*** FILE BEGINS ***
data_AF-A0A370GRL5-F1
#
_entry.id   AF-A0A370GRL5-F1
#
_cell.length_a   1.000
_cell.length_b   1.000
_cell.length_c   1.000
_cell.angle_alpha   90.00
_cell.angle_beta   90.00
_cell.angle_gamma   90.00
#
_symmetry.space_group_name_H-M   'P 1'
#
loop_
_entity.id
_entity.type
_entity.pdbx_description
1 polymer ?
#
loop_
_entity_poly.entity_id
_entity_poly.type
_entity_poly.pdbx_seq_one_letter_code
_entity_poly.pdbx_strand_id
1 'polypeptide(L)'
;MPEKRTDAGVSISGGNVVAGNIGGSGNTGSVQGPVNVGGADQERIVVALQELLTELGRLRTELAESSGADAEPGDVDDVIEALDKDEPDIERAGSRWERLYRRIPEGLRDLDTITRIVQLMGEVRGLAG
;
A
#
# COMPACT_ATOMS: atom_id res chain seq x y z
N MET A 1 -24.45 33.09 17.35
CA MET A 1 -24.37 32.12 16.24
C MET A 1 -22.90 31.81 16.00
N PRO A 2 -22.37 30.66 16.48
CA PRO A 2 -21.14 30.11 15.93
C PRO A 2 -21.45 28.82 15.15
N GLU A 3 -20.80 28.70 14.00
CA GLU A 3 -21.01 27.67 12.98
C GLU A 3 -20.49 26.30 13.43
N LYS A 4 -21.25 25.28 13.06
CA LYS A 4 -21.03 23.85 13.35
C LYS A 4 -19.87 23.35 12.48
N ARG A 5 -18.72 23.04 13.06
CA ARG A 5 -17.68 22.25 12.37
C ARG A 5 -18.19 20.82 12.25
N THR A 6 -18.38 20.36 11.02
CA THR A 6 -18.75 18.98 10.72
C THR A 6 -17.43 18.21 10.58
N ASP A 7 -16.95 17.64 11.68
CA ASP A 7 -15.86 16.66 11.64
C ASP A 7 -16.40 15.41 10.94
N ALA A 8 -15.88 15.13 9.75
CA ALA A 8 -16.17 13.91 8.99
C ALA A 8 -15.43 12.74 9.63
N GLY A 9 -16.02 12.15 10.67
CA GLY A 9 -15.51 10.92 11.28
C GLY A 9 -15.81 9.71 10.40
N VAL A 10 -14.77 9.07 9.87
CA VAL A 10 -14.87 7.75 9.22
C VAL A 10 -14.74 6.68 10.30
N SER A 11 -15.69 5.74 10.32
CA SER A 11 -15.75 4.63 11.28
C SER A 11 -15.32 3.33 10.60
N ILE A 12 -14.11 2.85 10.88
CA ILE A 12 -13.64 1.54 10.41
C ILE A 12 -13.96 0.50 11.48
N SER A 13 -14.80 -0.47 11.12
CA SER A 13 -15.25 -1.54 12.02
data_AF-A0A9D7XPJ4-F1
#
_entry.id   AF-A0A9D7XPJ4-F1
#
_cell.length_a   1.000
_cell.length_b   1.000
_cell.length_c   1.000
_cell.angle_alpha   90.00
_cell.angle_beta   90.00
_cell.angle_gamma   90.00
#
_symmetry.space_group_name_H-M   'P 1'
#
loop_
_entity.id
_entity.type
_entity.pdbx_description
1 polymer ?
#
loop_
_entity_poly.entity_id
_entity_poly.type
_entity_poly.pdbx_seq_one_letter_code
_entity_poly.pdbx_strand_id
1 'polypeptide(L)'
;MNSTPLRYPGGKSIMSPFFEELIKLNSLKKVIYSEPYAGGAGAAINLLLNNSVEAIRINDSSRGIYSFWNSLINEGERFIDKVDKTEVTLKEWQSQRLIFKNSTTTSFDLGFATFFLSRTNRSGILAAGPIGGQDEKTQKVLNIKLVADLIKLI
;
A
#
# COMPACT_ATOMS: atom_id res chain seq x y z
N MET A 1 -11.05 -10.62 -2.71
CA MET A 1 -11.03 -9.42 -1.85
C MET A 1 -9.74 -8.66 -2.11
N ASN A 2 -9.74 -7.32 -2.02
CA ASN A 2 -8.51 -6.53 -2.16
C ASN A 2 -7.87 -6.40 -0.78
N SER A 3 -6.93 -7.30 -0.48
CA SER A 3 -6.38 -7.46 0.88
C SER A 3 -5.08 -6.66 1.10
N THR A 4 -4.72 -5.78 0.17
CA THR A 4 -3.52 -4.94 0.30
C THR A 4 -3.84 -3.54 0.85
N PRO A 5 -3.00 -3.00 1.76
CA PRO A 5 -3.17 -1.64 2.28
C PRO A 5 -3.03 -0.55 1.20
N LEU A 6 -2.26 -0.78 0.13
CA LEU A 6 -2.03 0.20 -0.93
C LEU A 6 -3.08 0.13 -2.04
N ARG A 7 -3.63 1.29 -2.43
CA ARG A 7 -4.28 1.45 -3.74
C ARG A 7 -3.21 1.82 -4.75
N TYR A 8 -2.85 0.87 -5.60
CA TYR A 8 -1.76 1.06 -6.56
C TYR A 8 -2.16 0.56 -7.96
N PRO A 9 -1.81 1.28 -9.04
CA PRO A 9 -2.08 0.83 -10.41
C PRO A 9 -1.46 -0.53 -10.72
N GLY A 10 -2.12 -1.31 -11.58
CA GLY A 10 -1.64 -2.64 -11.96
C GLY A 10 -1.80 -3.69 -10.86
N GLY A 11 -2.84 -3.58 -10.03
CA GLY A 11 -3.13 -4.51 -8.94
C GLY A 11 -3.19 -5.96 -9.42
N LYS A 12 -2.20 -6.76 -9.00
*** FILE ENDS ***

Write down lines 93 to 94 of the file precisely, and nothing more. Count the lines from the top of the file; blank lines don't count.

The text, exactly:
1 'polypeptide(L)'
;MNSTPLRYPGGKSIMSPFFEELIKLNSLKKVIYSEPYAGGAGAAINLLLNNSVEAIRINDSSRGIYSFWNSLINEGERFIDKVDKTEVTLKEWQSQRLIFKNSTTTSFDLGFATFFLSRTNRSGILAAGPIGGQDEKTQKVLNIKLVADLIKLI